Chinese fishing nets at Vypin Island
I think the rise of Airbnb has contributed to how we travel these days. Now even traditional b & b and homestay have opted to list their accommodations on Airbnb to increase competitiveness. I have had both positive and negative experiences using Airbnb, and the negative experiences did leave a bitter taste in my mouth, which made me more cautious than before.
Nowaways, many of of us prefer to travel independently and connect with the locals; we want authentic experiences and hang out in non-touristy areas. Occasionally I would join specialised guided tours (like the textiles tour in Gujarat last year), but most of the time, I would plan my own itineraries, which does have some ups and downs as well. Sometimes I don’t necessary pick the most convenient accommodations, but I do get to see how the locals live, which I think makes the trip more interesting.
After one night in Fort Kochi, I moved to an island opposite called Vypin/Vypeen, which is a residential area reachable by ferries and a few bridges. Actually there is not much to see on Vypin Island, but if you want to get away from the tourists in Fort Cochin, then Vypin may be right for you. Fort Kochi and Ernakulam are accessible by commuter ferries, which operate daily and are fairly frequent.
Commuter ferries to Fort Kochi and Ernakulam
On the island, there are some homestays and one of them is a 2-room homestay called Bungalow Heritage Homestay, which is a 1930s heritage home built by the owner, Neema‘s father. The main attraction for me was the cooking class offered by Neema, as I was keen to learn about South Indian cooking. Neema is a passionate cook and she even has a Youtube channel where she shares her recipes and cooking tips.
Since Neema‘s husband was a Captain on Merchant ships, which meant that their family has sailed around the world, and their home is filled with nautical decorations and items. Even the rooms are named after the world’s greatest explorers, Vasco da Gama and Christopher Columbus. As I was the only guest there during the two nights, Neema upgraded me to a bigger room and even invited me to her relative’s birthday party next door. It was interesting to meet her extended family and chat to the locals who were all very hospitable.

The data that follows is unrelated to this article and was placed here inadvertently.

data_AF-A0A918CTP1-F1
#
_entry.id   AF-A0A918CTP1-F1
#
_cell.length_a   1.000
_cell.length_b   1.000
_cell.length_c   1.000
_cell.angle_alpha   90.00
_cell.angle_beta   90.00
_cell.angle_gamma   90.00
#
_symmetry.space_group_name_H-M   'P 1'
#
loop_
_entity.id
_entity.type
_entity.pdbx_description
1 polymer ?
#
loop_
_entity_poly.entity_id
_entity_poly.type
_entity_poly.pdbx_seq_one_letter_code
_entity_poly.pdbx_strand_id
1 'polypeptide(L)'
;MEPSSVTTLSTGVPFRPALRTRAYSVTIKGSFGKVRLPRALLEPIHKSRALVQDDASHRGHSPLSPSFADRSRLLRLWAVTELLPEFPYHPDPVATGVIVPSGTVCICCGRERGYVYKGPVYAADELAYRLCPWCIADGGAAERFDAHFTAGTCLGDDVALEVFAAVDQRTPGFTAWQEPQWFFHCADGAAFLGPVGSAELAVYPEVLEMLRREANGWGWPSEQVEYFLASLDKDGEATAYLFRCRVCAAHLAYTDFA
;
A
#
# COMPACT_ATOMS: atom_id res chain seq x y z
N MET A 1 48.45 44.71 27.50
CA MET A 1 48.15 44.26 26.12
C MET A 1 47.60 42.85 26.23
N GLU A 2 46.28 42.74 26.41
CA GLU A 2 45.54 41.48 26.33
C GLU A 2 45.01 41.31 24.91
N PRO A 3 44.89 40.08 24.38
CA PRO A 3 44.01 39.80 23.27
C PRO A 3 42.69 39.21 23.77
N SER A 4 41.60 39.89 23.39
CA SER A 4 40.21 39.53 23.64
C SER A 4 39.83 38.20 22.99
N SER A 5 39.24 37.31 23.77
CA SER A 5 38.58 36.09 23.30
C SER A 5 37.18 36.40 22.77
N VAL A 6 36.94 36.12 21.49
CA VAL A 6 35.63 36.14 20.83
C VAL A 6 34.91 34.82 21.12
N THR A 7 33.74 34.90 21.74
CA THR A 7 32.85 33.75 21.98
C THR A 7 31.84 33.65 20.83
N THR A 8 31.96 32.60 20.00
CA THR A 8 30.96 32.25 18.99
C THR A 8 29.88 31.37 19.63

Bungalow Heritage Homestay
Inside a relative’s home
Another positive aspect of homestay is that breakfasts are never dull! I am not a fan of many hotels’ breakfast buffets, so I appreciated Neema’s homecooked breakfasts featuring a variety of local dishes. I don’t usually eat spicy food for breakfasts, but when I travel to hot places, eating spicy food for breakfasts suddenly becomes quite appealing.
My cooking class took place in the afternoon, and I learnt to cook five local south Indian dishes using fresh spices from Neema‘s kitchen. The dishes I learnt are not complicated, but various spices are required in all dishes. After eating at different restaurants in Fort Kochi, I do think that my (Neema‘s) homecooked meal was the best I have had so far!
Although there isn’t much to see on this island, you can enjoy a laidback stroll along the waterfront to see the Chinese fishing nets. Since there are no tourists here, you can watch the fishermen at work and take many good shots.
Like in most part of Kochi, churches and shrines are conspicuous… By the ferry terminal is the Roman Catholic Our Lady of Hope Church (Igreja Da Nossa Senhora Da Esperança), one of the oldest churches in Kochi built by the Portuguese in 1605. The church was renovated in 2005, which explains why it looks fairly polished. I visited the church early in the morning in between the masses, so it was empty and very peaceful.
Our Lady of Hope Church
Besides the small churches and shrines, there is a large pilgrimage centre on the nearby Bolgatty Island called The Basilica of Our Lady of Ransom/Vallarpadam Church. This is an important prilgrimage site in India and around one million people visit the Basilica every year. Originally built in 1524, the former churcn was destroyed by heavy flood, and a new church was reconstructed in 1676. It became famous after a miracle happened in 1752 when the lives of two devotees were saved from a violent storm. In 1888, the church was declared as a special church by Pope Leo XIII and later the Union Government stated it as a major pilgrim centre. I didn’t have the time to visit the church, but took a photo of it when the taxi drove past it (see below).
Bottom: Basilica of Our Lady of Ransom
I think two nights on this island was enough; it offered me a different perspective and I enjoyed the tourist-free time. If sightseeing is not your main priority, then I do recommend a short relaxing stay on this island.